California wildfire smoke becomes health hazard as cities become world’s most polluted

Smoke masks. Eye drops. No outdoor exercise. That is how Californians have been trying to cope with smoke from wildfires choking the state, but experts say an increase in serious health problems may be almost inevitable for vulnerable residents as the disasters become more commonplace. According to Berkeley Earth, a non-profit organisation that monitors air quality, California — which has just experienced its deadliest wildfire in its history — now has the most polluted cities in the world. Oakland, in northern California, was reported to have the worst air quality in the world on Saturday morning (local time). And San Francisco, Stockton and Sacramento were the world’s three “most polluted cities” on Friday morning, according to CNN. On Friday most schools in those cities were forced to close. Student Mason West said he could see the particles in the air. “It’s kind of freaky to see your whole town wearing air masks and trying to get out of smoke,” he said. “You can see the particles. Obviously, it’s probably not good to be breathing that stuff in.” The smoke from the fire that decimated the Northern California city of Paradise darkened the skies in San Francisco, nearly 321 kilometres south-west this week. Michael Northover, a contractor in the city, said the air smelled “like you were camping”. He and his 14-year-old son have contracted sinus infections for the first time, and Mr Northover blamed it on the smoke. “We’re all kind of feeling it,” Mr Northover said. The demand for particle masks skyrocketed in California as the wildfire smoke led to an alarming increase in air pollution. In response to the crisis, California-based Kelly-Moore Paint Company distributed free particle masks in its local stores until they ran out. “We tried to provide a little relief by giving out all the masks we had available to those that needed them for free, ” the company said on its website. “The response has been overwhelming and we have exhausted our supply of particle masks.”

Breathing in all that smoke

For most healthy people, exposure to wildfire smoke is just an annoyance, causing burning eyes, scratchy throats or chest discomfort that all disappear when the smoke clears. But doctors, scientists and public health officials are concerned the changing face of wildfires in California is posing a much broader health hazard. “Wildfire season used to be June to late September. Now it seems to be happening all year round. We need to be adapting to that,” Wayne Cascio, a US Environmental Protection Agency cardiologist, said this week. Dr Cascio wrote earlier this year that a growing frequency of large wildland fires, urban expansion into wooded areas and an aging population were combining to increase the number of people at risk of health problems from fires. Wood smoke contains some of the same toxic chemicals as urban air pollution, along with tiny particles of vapor and soot 30 times thinner than a human hair, called particulate matter 2.5. Studies have linked heart attacks and cancer with long-term exposure to air pollution, but the long-term effects of wildfires on health has been understudied. “Very little is known about the long-term effects of wildfire smoke because it’s hard to study populations years after a wildfire,” John Balmes, a University of California professor of medicine who studies air pollution, said. Dr Balmes noted increased lung cancer rates had been found in women in developing countries who spend every day cooking over wood fires. That kind of extreme exposure does not typically happen with wildfires, but experts worry about the kinds of health damage that may emerge for firefighters and residents where these blazes are occurring often.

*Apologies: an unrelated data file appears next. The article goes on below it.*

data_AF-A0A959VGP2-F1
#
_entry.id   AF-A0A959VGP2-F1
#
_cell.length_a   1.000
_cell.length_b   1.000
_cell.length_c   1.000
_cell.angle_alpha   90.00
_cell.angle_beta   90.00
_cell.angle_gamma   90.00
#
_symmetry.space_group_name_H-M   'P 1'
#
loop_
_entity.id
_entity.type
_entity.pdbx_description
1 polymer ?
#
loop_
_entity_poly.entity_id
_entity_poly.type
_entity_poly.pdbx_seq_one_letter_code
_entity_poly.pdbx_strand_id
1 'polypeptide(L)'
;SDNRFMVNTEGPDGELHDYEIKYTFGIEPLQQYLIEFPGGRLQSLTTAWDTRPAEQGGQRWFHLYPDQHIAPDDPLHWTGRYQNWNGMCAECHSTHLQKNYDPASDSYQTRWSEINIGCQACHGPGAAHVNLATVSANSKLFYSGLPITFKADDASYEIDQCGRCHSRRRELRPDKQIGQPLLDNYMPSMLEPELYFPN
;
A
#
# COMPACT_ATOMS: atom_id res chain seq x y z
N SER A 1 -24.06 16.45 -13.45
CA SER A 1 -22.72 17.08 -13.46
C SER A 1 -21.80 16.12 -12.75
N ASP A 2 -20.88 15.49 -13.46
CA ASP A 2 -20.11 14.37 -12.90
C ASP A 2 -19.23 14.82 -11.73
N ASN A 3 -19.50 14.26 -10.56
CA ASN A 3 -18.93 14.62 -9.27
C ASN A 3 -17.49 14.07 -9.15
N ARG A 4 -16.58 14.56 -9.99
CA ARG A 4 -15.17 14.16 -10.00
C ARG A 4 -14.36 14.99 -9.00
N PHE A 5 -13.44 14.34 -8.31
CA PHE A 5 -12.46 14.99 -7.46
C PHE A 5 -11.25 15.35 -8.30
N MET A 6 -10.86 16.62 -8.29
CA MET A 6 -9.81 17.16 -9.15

ABC News, 19 November 2018 ;